It is a sad reality that, in spite of vast amounts of land, if you want to give animals real space and you don't have infinite supplies of ready cash, you just have to purchase land away from the centres of population. Altina covers 207 hectares (511 acres) on the banks of the Murrumbidgee River 11 km south-east of Darlington Point on the Sturt Highway. The park specialises in personalised tours lasting 2.5 hours where visitors experience the park in horse drawn or motorised carts. The park's Australian animals include wombats, emus, freshwater and saltwater crocodiles, kangaroos and Tasmanian devils. The range of international animals include - Addax, African Lion, African Wild Dog, Alpaca, American Alligator, American Bison, Asian Water Buffalo, Banteng, Barbary Sheep, Black Capped Capuchin, Bongo Antelope, Capybara, Common Marmoset, Dromedary Camel, Eland Antelope, Fallow Deer, Giraffe, Himalayan Tahr, Hog Deer, Indian Blackbuck Antelope, Maned Wolf, Meerkat, Mongolian Wild Horse, Ostrich, Red Deer, Red Panda, Rusa Deer, Scimitar Oryx, Scottish Highland Cattle, Spotted Hyena, Wapiti/Canadian Elk, Waterbuck Antelope and Zebra. It is necessary to book a tour. Check out http://www.altinawildlife.com or tel: 0412 060 342.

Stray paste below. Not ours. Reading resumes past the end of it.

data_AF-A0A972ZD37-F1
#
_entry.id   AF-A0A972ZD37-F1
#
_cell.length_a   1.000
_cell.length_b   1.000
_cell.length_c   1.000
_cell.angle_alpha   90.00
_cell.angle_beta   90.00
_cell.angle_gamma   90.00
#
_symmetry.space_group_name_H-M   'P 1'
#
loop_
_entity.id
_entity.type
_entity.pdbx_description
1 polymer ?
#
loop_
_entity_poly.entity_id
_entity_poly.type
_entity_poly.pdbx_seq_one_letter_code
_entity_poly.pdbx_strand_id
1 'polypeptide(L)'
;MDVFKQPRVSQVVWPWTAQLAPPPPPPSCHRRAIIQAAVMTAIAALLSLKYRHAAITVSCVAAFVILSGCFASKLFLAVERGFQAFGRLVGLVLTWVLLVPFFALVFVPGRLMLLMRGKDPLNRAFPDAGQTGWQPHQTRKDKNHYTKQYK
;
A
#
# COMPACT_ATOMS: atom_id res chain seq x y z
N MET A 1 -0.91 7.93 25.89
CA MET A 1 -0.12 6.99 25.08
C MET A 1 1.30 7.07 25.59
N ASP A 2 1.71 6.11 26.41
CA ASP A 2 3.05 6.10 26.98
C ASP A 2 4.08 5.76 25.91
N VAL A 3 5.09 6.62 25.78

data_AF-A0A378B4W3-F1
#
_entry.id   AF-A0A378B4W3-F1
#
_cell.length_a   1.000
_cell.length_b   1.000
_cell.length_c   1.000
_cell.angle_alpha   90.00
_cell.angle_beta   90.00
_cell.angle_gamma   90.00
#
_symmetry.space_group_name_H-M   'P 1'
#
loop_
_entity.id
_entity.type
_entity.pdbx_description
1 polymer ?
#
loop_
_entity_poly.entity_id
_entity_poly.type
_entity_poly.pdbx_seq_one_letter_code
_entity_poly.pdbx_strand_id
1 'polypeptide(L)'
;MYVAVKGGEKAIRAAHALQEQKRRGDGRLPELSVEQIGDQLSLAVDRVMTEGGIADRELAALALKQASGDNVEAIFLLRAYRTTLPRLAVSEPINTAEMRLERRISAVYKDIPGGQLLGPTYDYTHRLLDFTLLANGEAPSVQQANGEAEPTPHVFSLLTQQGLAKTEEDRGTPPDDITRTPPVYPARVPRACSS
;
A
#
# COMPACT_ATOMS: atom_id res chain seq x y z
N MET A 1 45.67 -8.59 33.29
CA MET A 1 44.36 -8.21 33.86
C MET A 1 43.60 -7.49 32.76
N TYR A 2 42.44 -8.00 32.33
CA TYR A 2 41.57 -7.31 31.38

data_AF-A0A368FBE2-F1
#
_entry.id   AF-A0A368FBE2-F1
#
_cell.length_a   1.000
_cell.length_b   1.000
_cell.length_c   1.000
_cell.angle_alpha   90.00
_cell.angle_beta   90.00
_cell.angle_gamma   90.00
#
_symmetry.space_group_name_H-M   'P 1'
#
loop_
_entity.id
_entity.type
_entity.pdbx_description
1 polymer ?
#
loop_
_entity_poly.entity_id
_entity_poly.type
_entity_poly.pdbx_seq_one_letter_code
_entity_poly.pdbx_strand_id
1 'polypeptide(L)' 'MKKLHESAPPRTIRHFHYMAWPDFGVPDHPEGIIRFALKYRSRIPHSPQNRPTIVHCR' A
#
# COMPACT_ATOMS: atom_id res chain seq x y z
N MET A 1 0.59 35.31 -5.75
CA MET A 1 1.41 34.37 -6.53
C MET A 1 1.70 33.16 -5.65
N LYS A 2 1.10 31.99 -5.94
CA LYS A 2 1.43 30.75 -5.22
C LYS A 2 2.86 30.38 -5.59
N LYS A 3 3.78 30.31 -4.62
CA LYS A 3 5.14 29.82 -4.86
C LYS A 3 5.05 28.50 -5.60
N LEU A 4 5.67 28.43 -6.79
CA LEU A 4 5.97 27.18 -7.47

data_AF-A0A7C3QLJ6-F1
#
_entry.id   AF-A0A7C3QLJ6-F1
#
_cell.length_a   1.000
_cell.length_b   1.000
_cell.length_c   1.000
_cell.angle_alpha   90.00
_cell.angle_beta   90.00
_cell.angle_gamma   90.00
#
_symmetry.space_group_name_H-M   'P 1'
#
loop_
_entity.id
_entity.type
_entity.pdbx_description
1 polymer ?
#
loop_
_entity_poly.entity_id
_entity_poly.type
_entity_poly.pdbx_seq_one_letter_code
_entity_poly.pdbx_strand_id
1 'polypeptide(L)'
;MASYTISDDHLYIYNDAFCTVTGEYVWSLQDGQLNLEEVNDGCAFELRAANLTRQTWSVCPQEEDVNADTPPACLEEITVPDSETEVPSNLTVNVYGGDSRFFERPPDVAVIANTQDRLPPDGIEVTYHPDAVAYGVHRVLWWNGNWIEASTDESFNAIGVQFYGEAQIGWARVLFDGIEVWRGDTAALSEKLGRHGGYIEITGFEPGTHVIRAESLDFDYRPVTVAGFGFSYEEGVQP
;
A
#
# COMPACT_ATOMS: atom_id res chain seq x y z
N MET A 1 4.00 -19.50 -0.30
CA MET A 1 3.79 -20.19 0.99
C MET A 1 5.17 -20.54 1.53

* Prior to the arrival of Europeans the area had been occupied by people from the Wiradjuri Aboriginal people for at least 20,000 years.

* A settlement developed in the 1830s around a ford which provided a crossing across the Murrumbidgee when the river was low.

* The first settler took up land in 1844. His name was John Peter. He named his property 'Cooba' after the Wiradjuri word 'coob' for a local tree.

* In the early 1850s Surveyor Townshend reserved land for a future township.

* By 1858 the first river steamer had reached Darlington Point and by later that year the river trade had commenced. Darlington Point began supplying wood for the steamers.

* In 1864 George Rogers acquired 56 acres of the 'Cooba' station and named his area 'Darlington'. He established an inn beside the Wagga-Hay Road.

* In 1866 Edward Grimley, the new owner of the Darlington Inn, bought a punt which could carry 1700 sheep.